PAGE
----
+ Creative heads: Sources believe it will be Pete Docter at Emeryville, California-based Pixar, though he is said to be reluctant to play the part as he prefers to focus on directing. For Burbank-based Disney Animation, one possible choice is Jennifer Lee, whose writing credits include Frozen, while Wreck-It Ralph director Rich Moore also is mentioned as possibly playing a role. Full story.
Elsewhere in film...
► Incredibles 2 beating expectations, aims for $175M. It will easily score the third-best opening of the year to date behind Avengers: Infinity War, which opened to a record $257.7M, and Black Panther, which debuted to $202M, both of which are from Disney/Marvel.
► Jurassic sequel roars in China with $34.4M opening. Fallen Kingdom began rolling out overseas last weekend in order to avoid competing with the World Cup. Through Thursday, the sequel's gross was a hefty $202.3M from 49 markets.
► John Travolta's Gotti gets rare zero percent score. The mob pic is the actor's third film to nab that dubious Rotten Tomatoes distinction, joining 1983's Staying Alive and 1993's Look Who’s Talking Now.
► Kurt Russell, Alexis Bledel lead thriller Crypto. Directed by John Stalberg Jr., the indie film was written by Carlyle Eubank and David Frigerio and is being produced by Yale Prods.
*Cannes Lions panel planner. The festival, which kicks off Monday, has a packed slate. From Fire and Fury author Michael Wolff to Hollywood heavyweights Ellen Pompeo and Tyler Perry, here's a breakdown of the notable events. Schedule.
In THR, Esq: New Weinstein Co. owners give up Hotel Mumbai. After making a successful $310M bid to acquire the assets of TWC in an auction overseen by a bankruptcy court, Lantern Entertainment is walking away from any right to distribute the Dev Patel drama over a producer's fraud claim. Details.
New era: Gone are the salad days when studios paid comedy writers to sharpen jokes. Today, producers reward uncredited work with everything from massages to a free sandwich, Emma Specter writes:
+ Punch-up, the process in which a group of comedy writers gets together to sharpen jokes that aren't quite landing in a script, has long been routine in Hollywood. Not all of the writers names show up in the credits, though, which is where the question of informal compensation, aka the punch-up gift, comes in.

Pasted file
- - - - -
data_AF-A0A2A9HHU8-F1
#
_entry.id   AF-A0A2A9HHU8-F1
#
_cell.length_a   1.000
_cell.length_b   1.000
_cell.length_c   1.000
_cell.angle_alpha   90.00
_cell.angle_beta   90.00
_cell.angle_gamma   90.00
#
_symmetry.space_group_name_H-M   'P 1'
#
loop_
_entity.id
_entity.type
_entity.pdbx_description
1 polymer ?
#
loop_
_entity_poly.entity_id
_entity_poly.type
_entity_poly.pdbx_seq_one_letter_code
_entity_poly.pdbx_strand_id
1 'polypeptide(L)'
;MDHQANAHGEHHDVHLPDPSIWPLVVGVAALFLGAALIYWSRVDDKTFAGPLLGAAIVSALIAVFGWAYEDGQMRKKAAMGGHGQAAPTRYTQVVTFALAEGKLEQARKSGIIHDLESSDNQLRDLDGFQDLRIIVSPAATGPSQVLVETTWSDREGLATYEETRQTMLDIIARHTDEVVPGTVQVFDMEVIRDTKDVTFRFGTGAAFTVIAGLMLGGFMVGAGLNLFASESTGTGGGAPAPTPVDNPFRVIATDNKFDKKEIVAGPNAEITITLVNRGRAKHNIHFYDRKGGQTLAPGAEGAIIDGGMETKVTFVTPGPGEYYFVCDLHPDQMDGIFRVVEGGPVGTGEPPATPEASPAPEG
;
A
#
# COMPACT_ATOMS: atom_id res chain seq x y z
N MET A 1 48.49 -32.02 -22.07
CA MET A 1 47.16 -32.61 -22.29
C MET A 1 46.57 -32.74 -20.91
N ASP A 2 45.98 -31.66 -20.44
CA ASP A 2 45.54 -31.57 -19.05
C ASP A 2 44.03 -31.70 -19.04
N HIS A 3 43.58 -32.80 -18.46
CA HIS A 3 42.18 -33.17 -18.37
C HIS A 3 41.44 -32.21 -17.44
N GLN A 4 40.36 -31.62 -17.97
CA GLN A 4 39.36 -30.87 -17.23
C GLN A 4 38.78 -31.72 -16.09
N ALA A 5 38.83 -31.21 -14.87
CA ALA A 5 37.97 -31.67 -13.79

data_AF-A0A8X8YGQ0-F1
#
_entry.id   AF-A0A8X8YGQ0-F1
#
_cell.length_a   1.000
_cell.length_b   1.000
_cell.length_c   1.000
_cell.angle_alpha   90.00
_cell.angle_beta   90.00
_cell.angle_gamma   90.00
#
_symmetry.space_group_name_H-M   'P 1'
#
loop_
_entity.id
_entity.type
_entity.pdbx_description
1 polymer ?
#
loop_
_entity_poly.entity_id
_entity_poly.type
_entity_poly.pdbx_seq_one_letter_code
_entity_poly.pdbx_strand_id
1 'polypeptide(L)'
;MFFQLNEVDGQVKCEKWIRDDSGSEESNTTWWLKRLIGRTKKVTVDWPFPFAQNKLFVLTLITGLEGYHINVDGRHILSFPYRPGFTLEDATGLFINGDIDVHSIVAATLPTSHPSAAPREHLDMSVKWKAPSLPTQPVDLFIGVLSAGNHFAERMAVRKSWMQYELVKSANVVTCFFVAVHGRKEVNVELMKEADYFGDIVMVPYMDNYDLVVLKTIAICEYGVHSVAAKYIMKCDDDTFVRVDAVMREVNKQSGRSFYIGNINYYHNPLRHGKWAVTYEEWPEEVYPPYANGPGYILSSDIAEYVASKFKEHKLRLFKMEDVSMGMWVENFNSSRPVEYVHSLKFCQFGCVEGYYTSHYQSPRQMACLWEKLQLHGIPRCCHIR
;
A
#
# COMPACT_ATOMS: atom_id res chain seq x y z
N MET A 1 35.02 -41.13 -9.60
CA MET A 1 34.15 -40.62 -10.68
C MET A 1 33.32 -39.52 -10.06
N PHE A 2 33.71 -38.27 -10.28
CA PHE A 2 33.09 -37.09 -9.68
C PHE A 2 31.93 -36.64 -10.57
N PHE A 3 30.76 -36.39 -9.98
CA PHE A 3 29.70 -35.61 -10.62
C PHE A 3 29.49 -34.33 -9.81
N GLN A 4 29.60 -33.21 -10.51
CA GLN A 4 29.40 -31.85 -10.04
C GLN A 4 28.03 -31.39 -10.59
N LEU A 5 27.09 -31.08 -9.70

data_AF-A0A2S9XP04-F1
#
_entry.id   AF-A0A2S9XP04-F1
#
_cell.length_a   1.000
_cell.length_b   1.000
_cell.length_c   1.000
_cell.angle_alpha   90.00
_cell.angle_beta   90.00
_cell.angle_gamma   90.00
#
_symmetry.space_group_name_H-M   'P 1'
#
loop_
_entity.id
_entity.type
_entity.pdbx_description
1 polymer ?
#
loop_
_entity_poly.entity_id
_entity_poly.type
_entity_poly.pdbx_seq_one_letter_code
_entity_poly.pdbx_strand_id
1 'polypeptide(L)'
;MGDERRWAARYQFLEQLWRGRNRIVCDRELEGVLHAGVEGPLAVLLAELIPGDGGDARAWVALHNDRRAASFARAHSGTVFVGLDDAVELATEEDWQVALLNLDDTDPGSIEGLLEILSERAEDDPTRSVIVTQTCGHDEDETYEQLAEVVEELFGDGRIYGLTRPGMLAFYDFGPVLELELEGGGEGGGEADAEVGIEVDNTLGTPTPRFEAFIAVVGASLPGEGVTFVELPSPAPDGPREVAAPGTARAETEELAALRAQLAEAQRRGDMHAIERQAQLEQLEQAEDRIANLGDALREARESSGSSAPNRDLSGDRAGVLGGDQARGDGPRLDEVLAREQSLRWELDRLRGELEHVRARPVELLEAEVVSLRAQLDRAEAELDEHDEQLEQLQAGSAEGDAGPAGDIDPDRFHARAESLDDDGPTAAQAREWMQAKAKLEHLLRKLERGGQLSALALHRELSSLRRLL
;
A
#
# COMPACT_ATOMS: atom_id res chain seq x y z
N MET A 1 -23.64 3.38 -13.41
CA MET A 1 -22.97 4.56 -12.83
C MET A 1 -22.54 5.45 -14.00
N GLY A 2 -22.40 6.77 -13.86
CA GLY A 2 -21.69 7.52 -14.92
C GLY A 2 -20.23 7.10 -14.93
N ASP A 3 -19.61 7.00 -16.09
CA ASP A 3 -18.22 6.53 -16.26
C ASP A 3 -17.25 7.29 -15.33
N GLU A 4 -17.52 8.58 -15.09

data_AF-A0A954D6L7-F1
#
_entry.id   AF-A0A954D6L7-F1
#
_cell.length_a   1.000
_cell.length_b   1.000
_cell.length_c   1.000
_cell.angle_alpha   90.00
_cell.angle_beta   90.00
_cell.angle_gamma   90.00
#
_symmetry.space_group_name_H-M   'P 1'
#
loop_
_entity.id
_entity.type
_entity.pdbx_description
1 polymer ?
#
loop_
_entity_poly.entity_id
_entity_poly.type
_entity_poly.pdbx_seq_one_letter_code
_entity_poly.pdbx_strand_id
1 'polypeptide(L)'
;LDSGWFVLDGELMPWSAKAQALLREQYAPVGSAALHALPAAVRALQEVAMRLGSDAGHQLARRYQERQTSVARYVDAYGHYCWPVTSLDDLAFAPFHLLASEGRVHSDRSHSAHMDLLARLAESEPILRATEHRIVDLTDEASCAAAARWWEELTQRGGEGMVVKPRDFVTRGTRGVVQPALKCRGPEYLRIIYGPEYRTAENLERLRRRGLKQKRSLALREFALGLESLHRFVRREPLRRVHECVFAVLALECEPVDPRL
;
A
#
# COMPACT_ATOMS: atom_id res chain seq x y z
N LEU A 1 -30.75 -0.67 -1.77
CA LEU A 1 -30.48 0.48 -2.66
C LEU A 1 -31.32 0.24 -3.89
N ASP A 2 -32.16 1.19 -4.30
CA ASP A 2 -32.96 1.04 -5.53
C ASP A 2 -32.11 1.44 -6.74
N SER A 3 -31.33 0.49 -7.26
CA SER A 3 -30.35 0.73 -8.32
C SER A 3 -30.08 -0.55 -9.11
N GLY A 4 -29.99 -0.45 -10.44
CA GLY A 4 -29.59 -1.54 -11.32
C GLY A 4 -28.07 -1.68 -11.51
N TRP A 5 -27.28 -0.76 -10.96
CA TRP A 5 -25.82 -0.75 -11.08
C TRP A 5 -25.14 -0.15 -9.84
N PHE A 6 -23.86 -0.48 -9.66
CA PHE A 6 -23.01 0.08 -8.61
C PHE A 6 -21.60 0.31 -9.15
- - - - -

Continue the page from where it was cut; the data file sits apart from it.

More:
+ Getting creative. Veteran script doctors can command six-figure salaries for a week of work, but TV comedy writers who help friends funny things up on a freelance basis are thanked in a more creative — if less lucrative — fashion. Full story.
What else we're reading...
— "AT&T executive taking over HBO and CNN promises a hands-off approach." Edmund Lee's interview with media business CEO John Stankey: "Nothing replaces the creative process, and having the best creative minds and the best ideas." [New York Times]
— "The death of the TV remote." Matthew Kitchen asks: "With the speedy adoption of voice command we’re on the verge of smashing the TV clicker’s hold on us. Will anyone miss it?" [Wall Street Journal]
— "How to fight Amazon (before you turn 29)." Robinson Meyer's profile: "Lina Khan has a novel theory about monopolies — and her sights are set squarely on the company." [The Atlantic]
— "The great Interview magazine caper." Jacob Bernstein writes: "Andy Warhol’s magazine is dead. No wait, it’s back! Inside Peter Brant’s latest magic trick." [New York Times]
— "How Pixar became a sequel factory." Victor Luckerson writes: "Incredibles 2 is Pixar’s sixth sequel this decade and another sign that the Silicon Valley startup that valued originality over all else has been changed by Hollywood." [The Ringer]
From the archives...
+ Forty years ago today: On June 16, 1978, John Travolta and Olivia Newton-John danced their way into theaters. The film adaptation of Grease, directed by Randal Kleiser, would go on to become a summer box-office draw and enduring TV staple. Flashback review.
Today's birthdays: Abby Elliott, 31, Daniel Brühl, 40, John Cho, 46, Laurie Metcalf, 63.